Best and Worst Inverter Generators From Consumer Reports' Tests

Paul Hope
·4 min read

Consumer Reports has no financial relationship with advertisers on this site.

As a group, inverter generators outperform their conventional counterparts. They provide better run times, improved efficiency, and much quieter operation, whether you’re using one at home or at a tailgate party.

But that doesn’t mean all inverter models are created equal. Far from it, according to Consumer Reports’ tests. Those tests include traditional gasoline-powered portable generators as well as inverter generators, and home standby models. 

“Even with inverter models, we see big differences in how well generators deliver power,” says Dave Trezza, who oversees Consumer Reports’ generator testing. “Especially when they’re pushed to extremes.”

How a portable inverter generator operates at peak demand is important. A model that can’t keep up with your power needs may trip its own internal circuit breaker or cause your appliances to overheat or stall out—a phenomenon we routinely witness in testing. If you end up with a generator that falters during peak demand, you’ll need to unplug some appliances when you plug in others. You’ll also need to reset the generator’s circuit breaker each time you do.

How We Test Generators

For each generator, we connect a combination of lights, space heaters, and fans—appliances that draw a constant load—then tack on a power-hungry well pump and program it to cycle on and off at set intervals.

Some generators can meet demands immediately, only to fail and trip their own circuit breaker later. So we run this test for an hour, metering wattage, voltage, and amperage. If a model passes, we repeat the test twice more, adding 1,000 watts to the load each time. That’s just for the power delivery rating, one of four that make up a model’s Overall Score.

The best generators deliver power to all the devices in our tests, at full voltage. The worst models won’t even power a basic load of lights and fans.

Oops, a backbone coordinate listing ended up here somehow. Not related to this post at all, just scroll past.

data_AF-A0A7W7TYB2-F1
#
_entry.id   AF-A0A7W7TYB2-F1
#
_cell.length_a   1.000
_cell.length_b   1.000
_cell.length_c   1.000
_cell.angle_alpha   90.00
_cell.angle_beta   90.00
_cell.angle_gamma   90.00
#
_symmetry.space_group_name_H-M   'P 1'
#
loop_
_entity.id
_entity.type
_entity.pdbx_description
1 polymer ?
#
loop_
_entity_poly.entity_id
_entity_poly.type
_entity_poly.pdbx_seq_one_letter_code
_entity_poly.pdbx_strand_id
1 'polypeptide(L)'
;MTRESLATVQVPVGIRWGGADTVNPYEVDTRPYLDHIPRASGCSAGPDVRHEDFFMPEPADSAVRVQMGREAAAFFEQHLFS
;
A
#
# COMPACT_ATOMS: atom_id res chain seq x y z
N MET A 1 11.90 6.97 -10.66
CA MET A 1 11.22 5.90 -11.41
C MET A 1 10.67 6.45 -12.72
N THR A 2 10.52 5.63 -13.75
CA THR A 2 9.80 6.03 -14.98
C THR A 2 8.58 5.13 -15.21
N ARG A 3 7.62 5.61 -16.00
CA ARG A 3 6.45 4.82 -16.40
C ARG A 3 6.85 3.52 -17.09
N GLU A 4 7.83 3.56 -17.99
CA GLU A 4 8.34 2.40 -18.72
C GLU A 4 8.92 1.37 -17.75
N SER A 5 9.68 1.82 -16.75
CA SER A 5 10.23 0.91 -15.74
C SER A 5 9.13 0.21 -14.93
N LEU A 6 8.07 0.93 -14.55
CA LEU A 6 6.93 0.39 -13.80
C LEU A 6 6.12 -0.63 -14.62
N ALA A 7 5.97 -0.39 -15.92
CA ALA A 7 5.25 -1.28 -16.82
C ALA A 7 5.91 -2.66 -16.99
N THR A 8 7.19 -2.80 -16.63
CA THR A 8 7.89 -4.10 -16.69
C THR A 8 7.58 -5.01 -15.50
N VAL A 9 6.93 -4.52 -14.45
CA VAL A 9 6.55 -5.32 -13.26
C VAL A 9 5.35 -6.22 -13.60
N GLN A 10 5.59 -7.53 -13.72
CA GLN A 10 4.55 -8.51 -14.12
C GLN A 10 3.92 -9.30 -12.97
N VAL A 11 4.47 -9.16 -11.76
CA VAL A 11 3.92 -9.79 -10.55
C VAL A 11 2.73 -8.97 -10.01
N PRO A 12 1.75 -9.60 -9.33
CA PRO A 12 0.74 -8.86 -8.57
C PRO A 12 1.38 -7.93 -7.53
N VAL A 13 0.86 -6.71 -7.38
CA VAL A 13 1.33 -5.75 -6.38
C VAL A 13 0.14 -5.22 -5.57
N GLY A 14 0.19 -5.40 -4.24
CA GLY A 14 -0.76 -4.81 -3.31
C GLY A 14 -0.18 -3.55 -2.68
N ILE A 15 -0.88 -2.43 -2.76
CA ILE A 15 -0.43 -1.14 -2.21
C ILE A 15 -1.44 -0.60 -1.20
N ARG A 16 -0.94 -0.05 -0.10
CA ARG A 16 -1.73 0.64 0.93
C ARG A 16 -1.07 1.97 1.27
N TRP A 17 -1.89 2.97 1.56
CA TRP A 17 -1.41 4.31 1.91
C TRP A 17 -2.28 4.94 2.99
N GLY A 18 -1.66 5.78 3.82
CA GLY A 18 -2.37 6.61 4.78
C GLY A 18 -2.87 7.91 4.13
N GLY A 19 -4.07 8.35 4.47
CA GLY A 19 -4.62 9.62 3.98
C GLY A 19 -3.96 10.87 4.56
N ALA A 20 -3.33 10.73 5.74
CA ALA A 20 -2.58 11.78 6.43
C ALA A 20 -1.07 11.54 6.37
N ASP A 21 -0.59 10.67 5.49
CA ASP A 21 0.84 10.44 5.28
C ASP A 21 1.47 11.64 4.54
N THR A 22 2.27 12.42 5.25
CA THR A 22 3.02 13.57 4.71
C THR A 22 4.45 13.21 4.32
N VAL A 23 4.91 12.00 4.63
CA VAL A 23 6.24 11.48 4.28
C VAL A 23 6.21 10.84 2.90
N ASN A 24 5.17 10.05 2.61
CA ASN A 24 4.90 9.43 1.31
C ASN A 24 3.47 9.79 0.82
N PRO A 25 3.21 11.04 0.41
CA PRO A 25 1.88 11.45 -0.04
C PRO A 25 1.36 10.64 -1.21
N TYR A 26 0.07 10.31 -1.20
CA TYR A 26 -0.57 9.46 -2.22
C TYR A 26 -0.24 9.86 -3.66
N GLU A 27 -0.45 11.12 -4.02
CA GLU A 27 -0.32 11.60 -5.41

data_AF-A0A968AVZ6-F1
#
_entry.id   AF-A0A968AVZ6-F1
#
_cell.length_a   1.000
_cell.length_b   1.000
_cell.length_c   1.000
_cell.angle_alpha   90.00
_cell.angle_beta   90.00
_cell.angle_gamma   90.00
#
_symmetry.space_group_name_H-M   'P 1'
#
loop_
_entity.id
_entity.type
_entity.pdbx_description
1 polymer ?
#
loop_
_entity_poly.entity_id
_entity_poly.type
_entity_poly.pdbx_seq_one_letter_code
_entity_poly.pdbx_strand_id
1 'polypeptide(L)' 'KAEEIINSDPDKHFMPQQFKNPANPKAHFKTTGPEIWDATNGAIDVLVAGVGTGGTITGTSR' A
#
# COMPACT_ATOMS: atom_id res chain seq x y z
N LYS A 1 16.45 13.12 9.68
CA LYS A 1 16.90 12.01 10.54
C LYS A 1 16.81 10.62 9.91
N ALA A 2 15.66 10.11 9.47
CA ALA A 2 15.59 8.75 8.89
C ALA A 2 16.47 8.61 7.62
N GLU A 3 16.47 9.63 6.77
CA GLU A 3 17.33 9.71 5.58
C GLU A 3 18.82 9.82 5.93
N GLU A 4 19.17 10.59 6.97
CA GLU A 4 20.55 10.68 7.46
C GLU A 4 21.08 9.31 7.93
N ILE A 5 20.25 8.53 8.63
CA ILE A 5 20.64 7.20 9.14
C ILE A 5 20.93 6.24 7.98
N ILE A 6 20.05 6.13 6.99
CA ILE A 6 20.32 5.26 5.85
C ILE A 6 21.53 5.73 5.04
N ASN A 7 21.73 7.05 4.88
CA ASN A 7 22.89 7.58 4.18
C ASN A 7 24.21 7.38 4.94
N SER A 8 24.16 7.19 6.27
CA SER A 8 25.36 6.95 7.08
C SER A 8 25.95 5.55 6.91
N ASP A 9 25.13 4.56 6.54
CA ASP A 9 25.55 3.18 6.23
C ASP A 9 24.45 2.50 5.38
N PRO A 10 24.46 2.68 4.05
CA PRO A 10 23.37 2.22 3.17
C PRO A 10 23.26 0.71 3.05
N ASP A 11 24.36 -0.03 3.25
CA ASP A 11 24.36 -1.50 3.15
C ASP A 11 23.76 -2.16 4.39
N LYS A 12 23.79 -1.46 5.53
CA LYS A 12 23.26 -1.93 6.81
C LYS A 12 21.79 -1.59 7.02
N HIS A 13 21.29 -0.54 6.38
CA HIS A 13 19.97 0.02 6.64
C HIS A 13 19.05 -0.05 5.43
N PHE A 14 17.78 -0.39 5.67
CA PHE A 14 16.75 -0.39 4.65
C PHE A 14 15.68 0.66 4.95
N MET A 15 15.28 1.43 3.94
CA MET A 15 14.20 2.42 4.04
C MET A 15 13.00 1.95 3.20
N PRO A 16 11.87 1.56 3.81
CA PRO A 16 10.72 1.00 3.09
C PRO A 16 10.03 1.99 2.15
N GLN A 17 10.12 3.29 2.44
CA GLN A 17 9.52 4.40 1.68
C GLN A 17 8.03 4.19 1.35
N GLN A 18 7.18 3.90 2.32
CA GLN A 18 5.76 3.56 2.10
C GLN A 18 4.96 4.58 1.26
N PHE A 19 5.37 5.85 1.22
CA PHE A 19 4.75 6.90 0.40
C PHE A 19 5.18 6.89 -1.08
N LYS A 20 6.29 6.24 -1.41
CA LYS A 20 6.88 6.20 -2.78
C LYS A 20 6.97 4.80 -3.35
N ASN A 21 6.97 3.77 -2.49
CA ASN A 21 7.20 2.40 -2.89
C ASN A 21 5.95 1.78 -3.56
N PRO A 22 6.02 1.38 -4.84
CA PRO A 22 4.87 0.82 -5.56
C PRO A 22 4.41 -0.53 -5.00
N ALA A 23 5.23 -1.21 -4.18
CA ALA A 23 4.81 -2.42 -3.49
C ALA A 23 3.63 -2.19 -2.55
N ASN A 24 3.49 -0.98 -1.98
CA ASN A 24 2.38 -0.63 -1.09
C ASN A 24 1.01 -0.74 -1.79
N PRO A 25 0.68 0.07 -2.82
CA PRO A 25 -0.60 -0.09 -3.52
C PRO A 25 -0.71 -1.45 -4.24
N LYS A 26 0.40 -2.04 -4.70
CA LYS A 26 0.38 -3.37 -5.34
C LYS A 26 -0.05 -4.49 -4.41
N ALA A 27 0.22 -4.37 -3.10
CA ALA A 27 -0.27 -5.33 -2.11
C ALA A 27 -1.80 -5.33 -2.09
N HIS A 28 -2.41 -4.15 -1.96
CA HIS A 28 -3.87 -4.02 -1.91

We also developed a CO safety technology test to evaluate new automatic shutoff features on portable and inverter generators—though we haven't yet tested any inverter models with the technology.

Our ratings of dozens of models include the brands you’ll see whether you’re shopping online or at home centers: Briggs & Stratton, Generac, and Ryobi.

The prices for generators in our ratings range from $450 for a modest recreational generator to more than $4,000 for a small home standby generator.

Start with our buying guide for advice on which kind of generator you need. CR members can read on for ratings and reviews of our top three inverter generators, one from each of the three size categories. Currently, none of the large inverter generators in our ratings come equipped with a carbon monoxide shutoff, a potentially life-saving device that turns off a generator when it's operated in an enclosed area. CR plans to test large inverter models with CO safety shutoffs soon.  

Below, we highlight a large inverter model that performs well in our tests, but it doesn't have a shutoff. We also call out a large inverter model to skip. Not only does it lack a CO safety shutoff, it's also among the worst-performing models we've tested. 

Consumer Reports only recommends gasoline-powered generators that are designed to produce low levels of carbon monoxide, or which have an automatic shutoff mechanism, to turn off the generator in the presence of excessive carbon monoxide. Currently, none of the inverter generators in our ratings have either of these potentially life-saving features, but the models below fare extremely well in our performance tests. With any generator, it’s extremely important to follow our longstanding advice of always operating a generator a minimum of 20 feet from your house, with the exhaust directed away from any windows, doors, or air conditioners.

Worst Inverter Generator in CR's Tests

Generator Tips

Damaging storms can happen at any time. On the "Consumer 101" TV show, host Jack Rico learns from Consumer Reports expert Paul Hope how to avoid being left in the dark during a power outage.

More from Consumer Reports:
Top pick tires for 2016
Best used cars for $25,000 and less
7 best mattresses for couples

Consumer Reports is an independent, nonprofit organization that works side by side with consumers to create a fairer, safer, and healthier world. CR does not endorse products or services, and does not accept advertising. Copyright © 2020, Consumer Reports, Inc.